All Press Releases for February 28, 2007


Learn the facts about traumatic brain injury and how personal injury litigation can compensate you for your losses.

    /24-7PressRelease/ - February 28, 2007 - Although at least 1.4 million people seek treatment for a traumatic brain injury (TBI) in the United States each year, it is not known how many people do not seek care. The unknown number of TBI victims is of grave concern since some of the symptoms and consequences of TBI can take months or years to surface or to become evident. It also makes it more difficult to accurately estimate the costs of brain damage to its victims, their families, and society at large.

For the most part, however, men are up to twice as likely as women to sustain a TBI. It is not known for what reason, on the other hand, men seem to respond better to TBI treatment. The apparently worse outcomes in female victims of TBI may have something to do with sex hormones and differences in brain structure.

According to the Centers for Disease Control and Prevention (CDC), age groups from zero to four and from 15 to 19 are the likeliest to suffer a brain injury. Those in the former group have a high incidence of falls and those in the latter are more likely to be involved in motor vehicle accidents, the leading cause of TBI. Individuals over 75 years of age are also more likely than average to suffer a TBI due to slip and fall injuries attributed to medications and the aging process.

After motor vehicle accidents, the next leading causes of TBI are falls and injuries from firearms. But except for motor vehicle accidents, which are the leading cause of TBI across all age ranges and genders, the next leading cause of TBI varies in different demographic groups. For example, while children are likelier to sustain TBI from a blow to the head in an abusive situation, the elderly are almost as likely to sustain a TBI from a slip and fall as they are to sustain one in a motor vehicle accident.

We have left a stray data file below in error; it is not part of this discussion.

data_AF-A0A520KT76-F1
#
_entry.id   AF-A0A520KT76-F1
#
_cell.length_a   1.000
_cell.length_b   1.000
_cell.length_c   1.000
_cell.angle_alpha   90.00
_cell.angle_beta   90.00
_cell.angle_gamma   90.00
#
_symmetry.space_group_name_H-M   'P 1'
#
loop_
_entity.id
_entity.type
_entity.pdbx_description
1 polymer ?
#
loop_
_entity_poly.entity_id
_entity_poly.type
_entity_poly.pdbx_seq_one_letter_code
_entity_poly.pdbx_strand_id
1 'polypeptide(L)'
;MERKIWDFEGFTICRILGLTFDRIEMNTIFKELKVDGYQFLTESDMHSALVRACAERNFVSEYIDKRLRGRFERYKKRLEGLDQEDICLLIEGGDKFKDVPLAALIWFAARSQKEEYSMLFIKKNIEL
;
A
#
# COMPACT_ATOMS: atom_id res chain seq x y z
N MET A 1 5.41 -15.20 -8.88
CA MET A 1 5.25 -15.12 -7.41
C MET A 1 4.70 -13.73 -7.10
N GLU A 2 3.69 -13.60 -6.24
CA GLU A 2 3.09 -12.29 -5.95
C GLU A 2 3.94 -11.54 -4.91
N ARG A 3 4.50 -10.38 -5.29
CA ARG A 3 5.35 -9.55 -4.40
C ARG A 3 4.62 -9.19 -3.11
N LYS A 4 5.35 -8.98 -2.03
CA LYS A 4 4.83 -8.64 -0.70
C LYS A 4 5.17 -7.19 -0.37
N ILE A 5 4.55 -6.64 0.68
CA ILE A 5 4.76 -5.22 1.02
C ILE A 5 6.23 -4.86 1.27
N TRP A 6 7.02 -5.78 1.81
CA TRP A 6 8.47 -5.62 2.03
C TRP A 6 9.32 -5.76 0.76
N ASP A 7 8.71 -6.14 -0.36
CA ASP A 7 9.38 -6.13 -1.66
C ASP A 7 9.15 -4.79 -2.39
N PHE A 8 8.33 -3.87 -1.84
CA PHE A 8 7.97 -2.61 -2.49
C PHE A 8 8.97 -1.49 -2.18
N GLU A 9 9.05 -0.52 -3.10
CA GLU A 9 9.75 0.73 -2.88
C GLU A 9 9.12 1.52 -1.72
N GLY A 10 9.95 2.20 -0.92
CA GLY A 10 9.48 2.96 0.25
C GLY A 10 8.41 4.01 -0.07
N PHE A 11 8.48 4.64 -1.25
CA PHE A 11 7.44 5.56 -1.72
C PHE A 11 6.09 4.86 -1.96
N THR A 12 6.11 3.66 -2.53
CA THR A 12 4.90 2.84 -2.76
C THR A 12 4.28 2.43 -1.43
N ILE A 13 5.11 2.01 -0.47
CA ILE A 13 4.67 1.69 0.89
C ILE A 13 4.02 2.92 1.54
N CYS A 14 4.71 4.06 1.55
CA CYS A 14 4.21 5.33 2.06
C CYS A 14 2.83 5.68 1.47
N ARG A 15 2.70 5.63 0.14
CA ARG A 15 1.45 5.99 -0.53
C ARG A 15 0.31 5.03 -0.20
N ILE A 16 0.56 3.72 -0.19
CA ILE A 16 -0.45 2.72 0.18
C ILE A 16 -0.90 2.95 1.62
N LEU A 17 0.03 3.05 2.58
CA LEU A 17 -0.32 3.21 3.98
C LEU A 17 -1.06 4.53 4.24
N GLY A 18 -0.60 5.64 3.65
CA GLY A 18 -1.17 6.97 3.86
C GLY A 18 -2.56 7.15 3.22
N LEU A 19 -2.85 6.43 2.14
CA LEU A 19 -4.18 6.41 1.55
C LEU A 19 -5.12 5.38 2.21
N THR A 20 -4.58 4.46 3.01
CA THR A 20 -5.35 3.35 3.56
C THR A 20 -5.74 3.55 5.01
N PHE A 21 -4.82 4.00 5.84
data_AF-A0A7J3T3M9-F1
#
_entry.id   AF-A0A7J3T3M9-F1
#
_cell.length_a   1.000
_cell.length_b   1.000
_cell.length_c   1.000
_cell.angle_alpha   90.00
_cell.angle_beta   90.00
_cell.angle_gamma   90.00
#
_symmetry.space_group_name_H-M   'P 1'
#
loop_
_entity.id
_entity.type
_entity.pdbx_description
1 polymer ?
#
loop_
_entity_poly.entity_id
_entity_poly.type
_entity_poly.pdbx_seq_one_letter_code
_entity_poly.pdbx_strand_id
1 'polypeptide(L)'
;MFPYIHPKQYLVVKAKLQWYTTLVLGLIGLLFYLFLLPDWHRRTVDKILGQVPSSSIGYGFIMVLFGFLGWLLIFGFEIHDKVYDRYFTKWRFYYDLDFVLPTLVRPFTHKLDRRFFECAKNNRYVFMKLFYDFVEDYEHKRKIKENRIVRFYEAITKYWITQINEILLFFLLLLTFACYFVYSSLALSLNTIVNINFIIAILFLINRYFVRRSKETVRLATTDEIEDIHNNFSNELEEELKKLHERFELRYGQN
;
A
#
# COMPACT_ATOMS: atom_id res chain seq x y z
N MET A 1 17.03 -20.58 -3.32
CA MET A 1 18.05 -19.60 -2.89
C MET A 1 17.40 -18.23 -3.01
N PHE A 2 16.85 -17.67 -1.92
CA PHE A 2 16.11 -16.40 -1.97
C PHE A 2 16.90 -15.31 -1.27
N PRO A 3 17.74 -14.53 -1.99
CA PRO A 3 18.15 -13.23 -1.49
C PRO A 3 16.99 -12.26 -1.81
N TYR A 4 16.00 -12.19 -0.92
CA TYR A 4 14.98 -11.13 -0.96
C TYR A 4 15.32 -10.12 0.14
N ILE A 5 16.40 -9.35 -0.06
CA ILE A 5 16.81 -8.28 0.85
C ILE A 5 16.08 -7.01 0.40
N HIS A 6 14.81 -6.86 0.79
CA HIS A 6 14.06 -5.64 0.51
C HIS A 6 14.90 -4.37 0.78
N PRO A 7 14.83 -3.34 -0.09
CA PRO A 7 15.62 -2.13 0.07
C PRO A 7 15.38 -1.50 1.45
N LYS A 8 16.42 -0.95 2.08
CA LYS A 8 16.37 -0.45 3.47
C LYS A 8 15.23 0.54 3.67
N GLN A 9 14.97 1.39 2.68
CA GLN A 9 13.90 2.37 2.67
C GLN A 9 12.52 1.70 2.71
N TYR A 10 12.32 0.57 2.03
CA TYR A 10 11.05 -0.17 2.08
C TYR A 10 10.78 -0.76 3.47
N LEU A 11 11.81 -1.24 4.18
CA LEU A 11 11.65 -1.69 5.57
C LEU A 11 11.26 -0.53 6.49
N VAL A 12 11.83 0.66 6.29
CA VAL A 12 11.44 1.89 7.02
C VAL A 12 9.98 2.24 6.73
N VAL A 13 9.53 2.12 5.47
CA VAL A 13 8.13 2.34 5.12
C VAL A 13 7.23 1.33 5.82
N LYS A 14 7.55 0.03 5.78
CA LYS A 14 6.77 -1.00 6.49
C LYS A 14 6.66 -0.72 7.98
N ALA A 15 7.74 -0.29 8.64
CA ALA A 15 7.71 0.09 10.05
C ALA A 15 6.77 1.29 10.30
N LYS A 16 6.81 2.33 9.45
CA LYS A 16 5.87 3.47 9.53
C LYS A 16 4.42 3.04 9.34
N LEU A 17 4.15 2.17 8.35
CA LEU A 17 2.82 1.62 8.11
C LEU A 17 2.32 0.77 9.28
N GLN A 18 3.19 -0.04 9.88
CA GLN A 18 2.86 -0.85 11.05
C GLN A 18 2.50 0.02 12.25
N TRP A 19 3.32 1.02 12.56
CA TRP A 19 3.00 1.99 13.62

Some overlooked causes of and contributors to TBI injuries include:

· Attempted suicide
· Alcohol (an estimated 32 to 73 percent of TBI cases involved some degree of alcohol abuse)
· Boating
· Swimming
· Occupational accidents

While death is the most dramatic and expensive result of TBIs, the resulting lifetime disabilities impose a significant economic cost to the U.S. in the form of medical expenses, state assistance and loss of wages and taxes from victims as well as their care giving families. Out of the 1.4 million TBI cases per year, at least 50,000 victims die from their injuries while 80,000 will suffer long-term disabilities.

Of course one cannot place a dollar value on the suffering surrounding a case of brain damage. But some studies estimate that the total economic cost to the U.S. attributable to TBI is over $60 billion.

Victims of traumatic brain injury may have recourse to litigation depending on how the brain injury occurred and who is at fault. One good resource to find an experienced brain injury lawyer is

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Tara Pingle
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